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AO-0703 — Aircraft Environmental Impact Management and Mitigation at and around Airports

The objectives are to ensure that decisions taken at the local level achieve the optimum environmental performance from aircraft operations at and around airports, by achieving the most appropriate balance between social, economic and environmental imperatives. A key aim will be to balance sometimes conflicting needs for noise and atmospheric emissions reduction and to account for system wide implications of local decisions. A correctly balanced environmental regime at an airport can help to ensure that legal compliance to regulation is maintained, that the rules are harmonised to the extent possible, and the global and local impacts are minimised to the extent possible. Most importantly, a key objective is to ensure that non optimal environmental procedures and constraints are avoided and where such constraints are being considered that the least damaging options are selected. Optimum environmental efficiency and capacity can be achieved at and around airports through the collaborative local selection of the most appropriate ATM capabilities and OIs available, within an overarching and harmonising framework. This framework must involve all operational stakeholders.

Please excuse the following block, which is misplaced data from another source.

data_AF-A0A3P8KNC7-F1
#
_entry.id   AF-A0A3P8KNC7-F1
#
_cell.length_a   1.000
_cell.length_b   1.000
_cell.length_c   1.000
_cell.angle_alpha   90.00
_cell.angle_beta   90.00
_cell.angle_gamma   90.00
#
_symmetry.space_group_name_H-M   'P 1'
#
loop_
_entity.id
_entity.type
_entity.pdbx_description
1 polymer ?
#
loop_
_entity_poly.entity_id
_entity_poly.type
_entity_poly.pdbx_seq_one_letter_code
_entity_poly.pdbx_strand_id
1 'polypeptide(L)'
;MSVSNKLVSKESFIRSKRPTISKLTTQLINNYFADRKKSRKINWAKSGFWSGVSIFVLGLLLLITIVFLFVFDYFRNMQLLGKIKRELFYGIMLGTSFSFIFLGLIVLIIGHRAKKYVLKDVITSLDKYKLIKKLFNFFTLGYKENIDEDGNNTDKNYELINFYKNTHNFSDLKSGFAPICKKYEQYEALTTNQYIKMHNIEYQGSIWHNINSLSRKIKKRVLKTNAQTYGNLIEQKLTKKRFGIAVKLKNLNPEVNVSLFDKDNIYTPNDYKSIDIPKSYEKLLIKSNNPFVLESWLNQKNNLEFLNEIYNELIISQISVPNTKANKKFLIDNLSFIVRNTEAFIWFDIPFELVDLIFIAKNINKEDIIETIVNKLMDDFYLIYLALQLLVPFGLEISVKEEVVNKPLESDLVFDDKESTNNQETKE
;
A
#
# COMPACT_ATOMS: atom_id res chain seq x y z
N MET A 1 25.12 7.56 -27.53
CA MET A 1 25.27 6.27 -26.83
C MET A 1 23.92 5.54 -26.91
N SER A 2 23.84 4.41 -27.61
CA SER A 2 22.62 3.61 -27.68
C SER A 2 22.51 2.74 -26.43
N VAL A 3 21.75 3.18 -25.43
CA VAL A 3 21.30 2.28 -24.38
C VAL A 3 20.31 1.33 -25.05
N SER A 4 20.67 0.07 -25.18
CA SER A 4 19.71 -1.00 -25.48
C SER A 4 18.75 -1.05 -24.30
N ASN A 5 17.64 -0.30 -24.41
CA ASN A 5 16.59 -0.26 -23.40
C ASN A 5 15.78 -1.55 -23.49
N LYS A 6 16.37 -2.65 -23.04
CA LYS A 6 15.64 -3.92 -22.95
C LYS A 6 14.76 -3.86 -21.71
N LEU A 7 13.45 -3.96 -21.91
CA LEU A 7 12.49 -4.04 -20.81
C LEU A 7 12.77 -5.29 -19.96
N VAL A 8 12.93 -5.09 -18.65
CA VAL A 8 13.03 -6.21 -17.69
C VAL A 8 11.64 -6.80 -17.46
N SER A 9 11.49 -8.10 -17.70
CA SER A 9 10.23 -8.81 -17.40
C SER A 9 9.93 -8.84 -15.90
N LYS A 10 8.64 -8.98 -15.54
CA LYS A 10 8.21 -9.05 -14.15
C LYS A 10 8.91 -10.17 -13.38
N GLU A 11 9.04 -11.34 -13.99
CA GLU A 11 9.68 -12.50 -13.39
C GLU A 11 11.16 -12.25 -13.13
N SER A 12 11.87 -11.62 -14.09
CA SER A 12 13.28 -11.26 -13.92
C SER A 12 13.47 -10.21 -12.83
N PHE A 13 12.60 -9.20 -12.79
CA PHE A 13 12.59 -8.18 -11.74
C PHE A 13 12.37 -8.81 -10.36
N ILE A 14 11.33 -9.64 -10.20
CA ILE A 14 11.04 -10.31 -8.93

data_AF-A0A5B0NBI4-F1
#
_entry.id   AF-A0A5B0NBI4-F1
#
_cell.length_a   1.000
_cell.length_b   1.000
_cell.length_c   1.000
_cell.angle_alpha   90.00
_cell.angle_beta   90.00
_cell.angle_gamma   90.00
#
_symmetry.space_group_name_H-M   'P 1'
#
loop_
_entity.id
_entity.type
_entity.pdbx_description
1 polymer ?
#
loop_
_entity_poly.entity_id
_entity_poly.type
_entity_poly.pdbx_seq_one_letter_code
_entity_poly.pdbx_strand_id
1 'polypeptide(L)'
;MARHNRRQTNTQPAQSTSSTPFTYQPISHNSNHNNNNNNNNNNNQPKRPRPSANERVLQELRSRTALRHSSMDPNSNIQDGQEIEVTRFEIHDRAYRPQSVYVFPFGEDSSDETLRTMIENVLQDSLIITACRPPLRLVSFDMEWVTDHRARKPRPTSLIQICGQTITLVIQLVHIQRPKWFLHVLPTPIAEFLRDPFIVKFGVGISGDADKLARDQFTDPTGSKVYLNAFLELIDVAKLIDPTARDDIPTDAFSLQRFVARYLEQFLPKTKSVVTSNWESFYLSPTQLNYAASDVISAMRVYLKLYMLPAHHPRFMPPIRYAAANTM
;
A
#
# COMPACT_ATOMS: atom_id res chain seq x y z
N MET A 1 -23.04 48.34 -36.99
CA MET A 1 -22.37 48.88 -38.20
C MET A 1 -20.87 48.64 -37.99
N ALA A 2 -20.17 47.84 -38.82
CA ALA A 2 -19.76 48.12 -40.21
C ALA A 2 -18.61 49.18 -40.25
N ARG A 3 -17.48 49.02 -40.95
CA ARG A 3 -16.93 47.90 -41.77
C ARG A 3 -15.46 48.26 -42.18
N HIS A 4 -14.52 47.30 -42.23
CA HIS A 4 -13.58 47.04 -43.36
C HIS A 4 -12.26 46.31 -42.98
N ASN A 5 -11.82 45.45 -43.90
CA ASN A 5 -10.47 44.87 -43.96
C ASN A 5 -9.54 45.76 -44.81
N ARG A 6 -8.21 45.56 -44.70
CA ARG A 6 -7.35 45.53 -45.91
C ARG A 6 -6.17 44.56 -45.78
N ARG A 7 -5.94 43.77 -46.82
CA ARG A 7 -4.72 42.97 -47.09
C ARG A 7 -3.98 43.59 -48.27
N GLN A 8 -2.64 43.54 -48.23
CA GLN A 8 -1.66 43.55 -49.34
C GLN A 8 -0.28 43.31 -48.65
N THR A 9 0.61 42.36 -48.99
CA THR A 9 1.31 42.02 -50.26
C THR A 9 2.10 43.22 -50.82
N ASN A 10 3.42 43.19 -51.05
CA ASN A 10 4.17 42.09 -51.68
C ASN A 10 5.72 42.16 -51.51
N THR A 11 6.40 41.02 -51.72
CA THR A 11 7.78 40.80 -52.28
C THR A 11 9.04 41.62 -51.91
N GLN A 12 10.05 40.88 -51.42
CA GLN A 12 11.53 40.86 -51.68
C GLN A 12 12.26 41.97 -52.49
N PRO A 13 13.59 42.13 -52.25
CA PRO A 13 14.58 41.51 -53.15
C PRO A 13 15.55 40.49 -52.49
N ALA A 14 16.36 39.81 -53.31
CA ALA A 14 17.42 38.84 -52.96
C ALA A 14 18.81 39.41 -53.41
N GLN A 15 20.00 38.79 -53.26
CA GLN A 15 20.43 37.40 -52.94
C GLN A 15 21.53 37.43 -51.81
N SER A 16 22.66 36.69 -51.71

The key impacts from aircraft operations are threefold noise, air quality and climate change (mainly fuel-CO2, related). These can best be mitigated through flight fuel efficiency, avoiding over-flight of sensitive receptors and integrated land-use and ATM planning. Because of its life expectancy and atmospheric mixing, the location of CO2 emissions does not determine its impact and all CO2 emissions are equally harmful to the climate. For air quality emissions the impacts are chiefly triggered by Oxides of Nitrogen and Particulates that are emitted from aircraft operating at below 3,000ft AGL and especially below 1,000ft AGL. Noise is produced from airframes and engines during operations in the air and on the ground. Noise can be considered to be significant for operations up to around 10,000ft AGL, but is more usually considered to be significant at or below 4,000ft AGL. The precise nature of the significance of noise will depend on many local demographic factors. From an operational perspective, noise can be mitigated by moderating thrust and drag, keeping aircraft as high as possible and avoiding the over-flight of population centres and sensitive sites. National and locally developed environmental rules and non-optimal procedures driven by the need to minimise local environmental impacts can result in very significant constraints on the entire ATM system and in particular Terminal Areas and airport operations and capacity. These can also accelerate the demand for new ATM infrastructure. The policy response to climate change does not presently affect airport and TMA operations. However, this is important for ATM strategically and hence for airport and TMA operations since it also links to flight fuel efficiency which is also a key ATM business aim. In the future physical risks on ATM operations arising from changes in the climate (e.g. more severe weather events) may provide additional significant challenges for the ATM system and its operation and development.
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